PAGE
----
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Rex Murphy: As Texas winter storm shows, hurling public money at renewable energy is pure folly

It is time that the brand of environmentalism that travels under the cloak of global warming apocalypse drops its halo. Environmentalism, the brand, Global Warming the banner, is pure politics. GW partisans are as hard and as cynical and as manipulative as the most corroded politicians.

GW is not about what it says it’s about. It is hardball against the world that most of us appreciate. It is a sly hard-nosed anti-Western ideology wrapped up in a camouflage coat of “we love Nature.” It cares nothing about the working class. It cares less about the most poverty ridden nations of the world, or their people.

It has been exhaling its failed and failing predictions, howling its dire warnings, and harassing everyone from school children to government officials for the near 30 years since the first Earth Summit in Rio de Janeiro in 1992. The global warming movement has absorbed into its furious alarmist narrative almost every major news outlet. It has become politically correct dogma for all progressives.

Yet here we are, 30 years on, and down in Texas, not exactly Antarctica, and over the weekend the state got hit by a furious winter blast, and — here’s a marker — was put under a winter storm warning for the first time in its history.

I thought we were not to have winter anymore according to the high priests of global warming. I thought snowfalls were a thing of the past, according to their acolytes in the media.

There are many examples of dire global warming predictions that have failed. The Los Angeles Times reported in 2009 on a government ecologist’s prediction that all of Montana’s glaciers would be gone in 2020. As recently as last January, Montana’s Glacier National Park was reportedly replacing signs with that very warning.

The prince of the global warming movement, Al Gore, in his Academy Award winning, An Inconvenient Truth (2006) contained the warning that “within a decade the snows would disappear from Kilimanjaro.” You can see the white snow peak any time you want in 2021. Mr. Gore has what betting enthusiasts call “form” on his predictions. In 2009 he predicted that the North Pole would be ice free during the summer in 6 years … that would be 2015. Ice — still there.

As outlined in a 2018 Wall Street Journal op/ed, NASA scientist, and one of the early leaders of global warming theory, James Hansen in 2007, predicted that most of Greenland’s ice would melt within a century. A study in Nature magazine later concluded that Hansen’s predictions would be impossible.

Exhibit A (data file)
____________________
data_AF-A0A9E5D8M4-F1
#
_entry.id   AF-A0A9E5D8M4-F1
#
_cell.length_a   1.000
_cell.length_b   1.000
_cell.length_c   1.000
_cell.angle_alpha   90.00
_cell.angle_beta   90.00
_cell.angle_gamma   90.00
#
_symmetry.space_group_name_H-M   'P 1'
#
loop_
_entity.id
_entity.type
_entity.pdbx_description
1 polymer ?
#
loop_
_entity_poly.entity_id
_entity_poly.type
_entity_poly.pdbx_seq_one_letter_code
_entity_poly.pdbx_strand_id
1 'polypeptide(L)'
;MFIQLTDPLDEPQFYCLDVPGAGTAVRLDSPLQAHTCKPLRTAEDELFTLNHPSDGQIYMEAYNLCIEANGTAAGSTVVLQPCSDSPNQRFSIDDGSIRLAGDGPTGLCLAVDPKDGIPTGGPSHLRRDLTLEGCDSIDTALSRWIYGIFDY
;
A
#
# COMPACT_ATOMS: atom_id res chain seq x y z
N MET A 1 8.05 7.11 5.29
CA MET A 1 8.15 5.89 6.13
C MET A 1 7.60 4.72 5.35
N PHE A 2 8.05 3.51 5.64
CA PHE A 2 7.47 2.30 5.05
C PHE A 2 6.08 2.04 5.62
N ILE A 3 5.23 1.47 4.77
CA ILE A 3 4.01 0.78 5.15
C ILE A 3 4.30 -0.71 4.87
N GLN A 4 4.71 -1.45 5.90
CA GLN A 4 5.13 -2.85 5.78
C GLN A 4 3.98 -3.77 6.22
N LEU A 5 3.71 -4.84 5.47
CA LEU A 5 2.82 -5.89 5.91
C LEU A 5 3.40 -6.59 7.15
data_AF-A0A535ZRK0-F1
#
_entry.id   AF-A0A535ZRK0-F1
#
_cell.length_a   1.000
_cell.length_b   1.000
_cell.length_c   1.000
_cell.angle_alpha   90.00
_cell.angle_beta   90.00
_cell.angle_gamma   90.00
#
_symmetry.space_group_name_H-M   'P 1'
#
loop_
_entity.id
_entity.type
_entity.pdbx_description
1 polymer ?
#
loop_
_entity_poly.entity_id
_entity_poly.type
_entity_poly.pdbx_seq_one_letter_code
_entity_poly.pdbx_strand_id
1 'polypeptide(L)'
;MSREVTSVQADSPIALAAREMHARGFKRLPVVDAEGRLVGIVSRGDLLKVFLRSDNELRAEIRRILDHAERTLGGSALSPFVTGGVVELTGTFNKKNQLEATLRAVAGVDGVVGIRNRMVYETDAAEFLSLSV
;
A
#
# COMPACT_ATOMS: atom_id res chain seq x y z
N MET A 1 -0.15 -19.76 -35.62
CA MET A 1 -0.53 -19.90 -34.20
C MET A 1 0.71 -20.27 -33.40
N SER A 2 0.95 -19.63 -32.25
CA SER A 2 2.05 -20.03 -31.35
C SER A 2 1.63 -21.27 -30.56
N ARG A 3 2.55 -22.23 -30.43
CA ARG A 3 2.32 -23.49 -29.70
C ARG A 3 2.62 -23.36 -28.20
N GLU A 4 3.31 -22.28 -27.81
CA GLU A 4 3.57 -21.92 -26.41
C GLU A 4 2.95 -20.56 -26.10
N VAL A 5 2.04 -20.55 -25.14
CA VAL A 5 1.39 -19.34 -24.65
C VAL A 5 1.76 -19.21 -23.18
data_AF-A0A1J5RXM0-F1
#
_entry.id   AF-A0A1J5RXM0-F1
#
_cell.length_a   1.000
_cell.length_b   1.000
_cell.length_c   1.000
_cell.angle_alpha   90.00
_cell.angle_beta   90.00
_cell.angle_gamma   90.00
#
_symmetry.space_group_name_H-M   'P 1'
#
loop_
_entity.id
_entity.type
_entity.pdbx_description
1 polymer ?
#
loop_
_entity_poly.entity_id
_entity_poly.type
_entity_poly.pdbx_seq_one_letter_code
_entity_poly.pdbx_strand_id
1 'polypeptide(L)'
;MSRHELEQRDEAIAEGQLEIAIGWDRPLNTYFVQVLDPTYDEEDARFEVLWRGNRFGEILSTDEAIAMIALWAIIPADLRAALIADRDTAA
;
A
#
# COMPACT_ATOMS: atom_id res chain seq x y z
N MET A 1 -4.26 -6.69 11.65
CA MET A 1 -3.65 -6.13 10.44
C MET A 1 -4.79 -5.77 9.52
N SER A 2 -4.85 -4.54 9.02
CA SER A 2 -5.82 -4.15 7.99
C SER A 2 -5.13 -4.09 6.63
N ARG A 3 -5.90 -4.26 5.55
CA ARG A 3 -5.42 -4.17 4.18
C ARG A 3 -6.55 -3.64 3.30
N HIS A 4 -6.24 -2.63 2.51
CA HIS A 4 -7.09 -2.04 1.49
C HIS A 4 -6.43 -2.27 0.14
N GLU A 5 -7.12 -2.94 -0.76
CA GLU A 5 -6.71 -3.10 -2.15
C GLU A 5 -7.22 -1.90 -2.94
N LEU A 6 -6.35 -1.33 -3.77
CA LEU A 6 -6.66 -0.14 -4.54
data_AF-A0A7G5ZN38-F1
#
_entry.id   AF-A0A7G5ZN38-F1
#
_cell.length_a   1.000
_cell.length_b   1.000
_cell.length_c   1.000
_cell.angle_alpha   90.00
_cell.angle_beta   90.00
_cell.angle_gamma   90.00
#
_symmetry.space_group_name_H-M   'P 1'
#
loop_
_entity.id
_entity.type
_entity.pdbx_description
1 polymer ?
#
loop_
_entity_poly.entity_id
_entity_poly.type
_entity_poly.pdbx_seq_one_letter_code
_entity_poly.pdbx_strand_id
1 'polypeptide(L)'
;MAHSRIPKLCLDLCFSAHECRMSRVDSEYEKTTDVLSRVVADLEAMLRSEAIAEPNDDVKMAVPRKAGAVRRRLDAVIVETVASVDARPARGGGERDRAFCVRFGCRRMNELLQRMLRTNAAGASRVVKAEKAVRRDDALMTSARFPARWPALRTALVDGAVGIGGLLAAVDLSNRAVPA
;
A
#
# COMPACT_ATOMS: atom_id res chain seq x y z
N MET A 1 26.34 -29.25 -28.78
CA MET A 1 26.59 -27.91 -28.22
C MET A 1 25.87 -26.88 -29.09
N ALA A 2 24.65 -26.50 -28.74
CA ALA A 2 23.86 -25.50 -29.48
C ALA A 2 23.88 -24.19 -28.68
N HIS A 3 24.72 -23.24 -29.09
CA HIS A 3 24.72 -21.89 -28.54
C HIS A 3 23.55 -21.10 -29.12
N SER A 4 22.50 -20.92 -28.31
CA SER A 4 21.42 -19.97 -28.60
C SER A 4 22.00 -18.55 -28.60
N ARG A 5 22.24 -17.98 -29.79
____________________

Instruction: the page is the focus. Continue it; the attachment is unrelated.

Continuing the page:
There are a multitude of other examples of failed or erroneous prediction and from neutral — neither pro nor con — sources.

How long can this folly persist? Texas gets walloped. It gets smashed and battered by a huge February winter storm. The power fails. Four million people — four million! — were still without power in the world’s most modern society.

There were huge blackouts. Hundreds of thousands of households have been warned to boil water because of those blackouts. One headline from, of all places, the Weather Network, reports at least 21 deaths tied to the winter storm.

The Wall Street Journal editorialized that “Texas’s overreliance on wind power left the grid more vulnerable to bad weather. Half of the wind turbines froze last week, causing wind’s share of electricity to plunge to 8 per cent from 42 per cent … there wasn’t sufficient baseload power from coal & nuclear to support the grid.”

Most ironic of all — this was in Texas, which is the oil and gas crown jewel of the entire American republic, which has supplied the energy, more than any other state, which propelled America to become the world’s superpower.

Here let me cite a brave reporter, Lara Logan, from her Twitter board to give the flavour of the moment: “Home in Texas with no power, no heat, no water. Town is shut down — solar backups here covered in ice. Vapo Propane, one of the only places open and the lines are long…”

Propane? — is that a renewable? Didn’t think so.

It will take events like the singular storm in Texas to finally awaken the critical spirit, to contest the “inevitability” of planetary extinction brought on by global warming, and to put policy makers on alert that hurling vast sums of public money on renewable energy is not only a folly, but dangerous.

Reliable power saves lives. Reliable power comes with proven technology. Reliable power comes with resources we already have.

Paradoxically it is only because countries such as Canada and the U.S. are so prosperous, so accustomed to simply pushing buttons or throwing a switch to get what we want or need that we think we can afford to toy, to alter, or completely displace the systems that have brought us to where we are.

Prosperity is, in this context, a dangerous state. It makes us careless. It also takes away the consciousness that the systems built over the generations, and the energy resources that have enabled that prosperity should not, and cannot, be written off and dismissed as “a danger to the planet.” That amounts to a toxic level of nothing more than virtue-signalling.

I naturally expect the stern rebuke that I’m confounding weather with climate. First, we never hear that when a hot summer day busts the thermometer. News agencies all go on about the hottest ever. When it’s hot and suits the message that complaint never occurs.

Secondly, I’d argue that “enough weather” if it isn’t climate is certainly on its way there, and if after 30 whole years of “carbon emissions will make the world warmer” if we keep having these marvellous counter-examples as in Texas this winter, then maybe “weather isn’t climate” is not the marvellous axiom it appears to be. More an axiom of convenience in my view.